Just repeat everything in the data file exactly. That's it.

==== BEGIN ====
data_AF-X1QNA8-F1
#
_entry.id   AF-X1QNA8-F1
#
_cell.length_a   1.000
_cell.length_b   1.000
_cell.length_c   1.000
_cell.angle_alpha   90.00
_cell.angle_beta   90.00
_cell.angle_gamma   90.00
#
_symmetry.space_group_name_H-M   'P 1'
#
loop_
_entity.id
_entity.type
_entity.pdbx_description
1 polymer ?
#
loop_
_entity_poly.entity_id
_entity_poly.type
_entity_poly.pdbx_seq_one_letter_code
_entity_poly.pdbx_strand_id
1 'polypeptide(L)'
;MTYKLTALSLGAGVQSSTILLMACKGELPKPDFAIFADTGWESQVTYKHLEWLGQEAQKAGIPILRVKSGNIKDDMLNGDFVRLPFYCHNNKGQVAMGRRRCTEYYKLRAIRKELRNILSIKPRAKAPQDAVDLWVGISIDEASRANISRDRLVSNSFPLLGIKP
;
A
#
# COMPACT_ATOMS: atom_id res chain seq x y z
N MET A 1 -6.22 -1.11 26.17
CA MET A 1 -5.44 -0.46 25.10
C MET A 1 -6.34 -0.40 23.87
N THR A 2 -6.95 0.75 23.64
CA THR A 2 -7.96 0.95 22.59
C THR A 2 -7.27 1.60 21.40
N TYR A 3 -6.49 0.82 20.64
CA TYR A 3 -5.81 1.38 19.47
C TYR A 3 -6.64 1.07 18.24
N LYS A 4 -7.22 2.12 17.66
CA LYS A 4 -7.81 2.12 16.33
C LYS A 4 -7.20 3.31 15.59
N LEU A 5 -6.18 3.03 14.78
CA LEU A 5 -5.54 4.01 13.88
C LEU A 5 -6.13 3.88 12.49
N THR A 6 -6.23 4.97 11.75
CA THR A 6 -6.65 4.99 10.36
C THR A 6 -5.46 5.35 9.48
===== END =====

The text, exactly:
data_AF-X1QNA8-F1
#
_entry.id   AF-X1QNA8-F1
#
_cell.length_a   1.000
_cell.length_b   1.000
_cell.length_c   1.000
_cell.angle_alpha   90.00
_cell.angle_beta   90.00
_cell.angle_gamma   90.00
#
_symmetry.space_group_name_H-M   'P 1'
#
loop_
_entity.id
_entity.type
_entity.pdbx_description
1 polymer ?
#
loop_
_entity_poly.entity_id
_entity_poly.type
_entity_poly.pdbx_seq_one_letter_code
_entity_poly.pdbx_strand_id
1 'polypeptide(L)'
;MTYKLTALSLGAGVQSSTILLMACKGELPKPDFAIFADTGWESQVTYKHLEWLGQEAQKAGIPILRVKSGNIKDDMLNGDFVRLPFYCHNNKGQVAMGRRRCTEYYKLRAIRKELRNILSIKPRAKAPQDAVDLWVGISIDEASRANISRDRLVSNSFPLLGIKP
;
A
#
# COMPACT_ATOMS: atom_id res chain seq x y z
N MET A 1 -6.22 -1.11 26.17
CA MET A 1 -5.44 -0.46 25.10
C MET A 1 -6.34 -0.40 23.87
N THR A 2 -6.95 0.75 23.64
CA THR A 2 -7.96 0.95 22.59
C THR A 2 -7.27 1.60 21.40
N TYR A 3 -6.49 0.82 20.64
CA TYR A 3 -5.81 1.38 19.47
C TYR A 3 -6.64 1.07 18.24
N LYS A 4 -7.22 2.12 17.66
CA LYS A 4 -7.81 2.12 16.33
C LYS A 4 -7.20 3.31 15.59
N LEU A 5 -6.18 3.03 14.78
CA LEU A 5 -5.54 4.01 13.88
C LEU A 5 -6.13 3.88 12.49
N THR A 6 -6.23 4.97 11.75
CA THR A 6 -6.65 4.99 10.36
C THR A 6 -5.46 5.35 9.48